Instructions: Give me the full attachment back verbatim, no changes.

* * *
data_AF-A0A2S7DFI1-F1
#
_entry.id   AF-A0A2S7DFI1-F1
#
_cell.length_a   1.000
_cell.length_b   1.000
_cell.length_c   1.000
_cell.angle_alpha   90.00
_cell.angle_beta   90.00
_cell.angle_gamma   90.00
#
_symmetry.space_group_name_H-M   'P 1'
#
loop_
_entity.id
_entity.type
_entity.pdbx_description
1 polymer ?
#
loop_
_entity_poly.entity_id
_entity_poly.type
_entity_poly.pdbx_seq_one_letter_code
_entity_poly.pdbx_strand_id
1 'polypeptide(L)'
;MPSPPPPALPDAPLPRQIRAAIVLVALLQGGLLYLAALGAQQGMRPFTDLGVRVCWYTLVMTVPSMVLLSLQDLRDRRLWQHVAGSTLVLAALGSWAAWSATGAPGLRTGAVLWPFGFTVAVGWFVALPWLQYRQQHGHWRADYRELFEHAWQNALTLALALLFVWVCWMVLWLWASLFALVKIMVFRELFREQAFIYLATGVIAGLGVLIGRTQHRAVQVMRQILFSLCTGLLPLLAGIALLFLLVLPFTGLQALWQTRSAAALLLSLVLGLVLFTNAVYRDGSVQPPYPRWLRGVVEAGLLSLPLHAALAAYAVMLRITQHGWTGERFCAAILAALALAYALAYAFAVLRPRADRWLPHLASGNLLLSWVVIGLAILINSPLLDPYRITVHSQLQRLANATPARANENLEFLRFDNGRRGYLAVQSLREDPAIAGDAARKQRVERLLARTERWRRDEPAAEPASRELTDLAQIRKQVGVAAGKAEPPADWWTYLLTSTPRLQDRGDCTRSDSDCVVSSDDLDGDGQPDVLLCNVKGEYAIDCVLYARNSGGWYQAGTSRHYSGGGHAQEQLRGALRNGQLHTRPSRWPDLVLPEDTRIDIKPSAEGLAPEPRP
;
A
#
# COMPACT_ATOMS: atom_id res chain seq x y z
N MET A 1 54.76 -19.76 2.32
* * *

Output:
data_AF-A0A2S7DFI1-F1
#
_entry.id   AF-A0A2S7DFI1-F1
#
_cell.length_a   1.000
_cell.length_b   1.000
_cell.length_c   1.000
_cell.angle_alpha   90.00
_cell.angle_beta   90.00
_cell.angle_gamma   90.00
#
_symmetry.space_group_name_H-M   'P 1'
#
loop_
_entity.id
_entity.type
_entity.pdbx_description
1 polymer ?
#
loop_
_entity_poly.entity_id
_entity_poly.type
_entity_poly.pdbx_seq_one_letter_code
_entity_poly.pdbx_strand_id
1 'polypeptide(L)'
;MPSPPPPALPDAPLPRQIRAAIVLVALLQGGLLYLAALGAQQGMRPFTDLGVRVCWYTLVMTVPSMVLLSLQDLRDRRLWQHVAGSTLVLAALGSWAAWSATGAPGLRTGAVLWPFGFTVAVGWFVALPWLQYRQQHGHWRADYRELFEHAWQNALTLALALLFVWVCWMVLWLWASLFALVKIMVFRELFREQAFIYLATGVIAGLGVLIGRTQHRAVQVMRQILFSLCTGLLPLLAGIALLFLLVLPFTGLQALWQTRSAAALLLSLVLGLVLFTNAVYRDGSVQPPYPRWLRGVVEAGLLSLPLHAALAAYAVMLRITQHGWTGERFCAAILAALALAYALAYAFAVLRPRADRWLPHLASGNLLLSWVVIGLAILINSPLLDPYRITVHSQLQRLANATPARANENLEFLRFDNGRRGYLAVQSLREDPAIAGDAARKQRVERLLARTERWRRDEPAAEPASRELTDLAQIRKQVGVAAGKAEPPADWWTYLLTSTPRLQDRGDCTRSDSDCVVSSDDLDGDGQPDVLLCNVKGEYAIDCVLYARNSGGWYQAGTSRHYSGGGHAQEQLRGALRNGQLHTRPSRWPDLVLPEDTRIDIKPSAEGLAPEPRP
;
A
#
# COMPACT_ATOMS: atom_id res chain seq x y z
N MET A 1 54.76 -19.76 2.32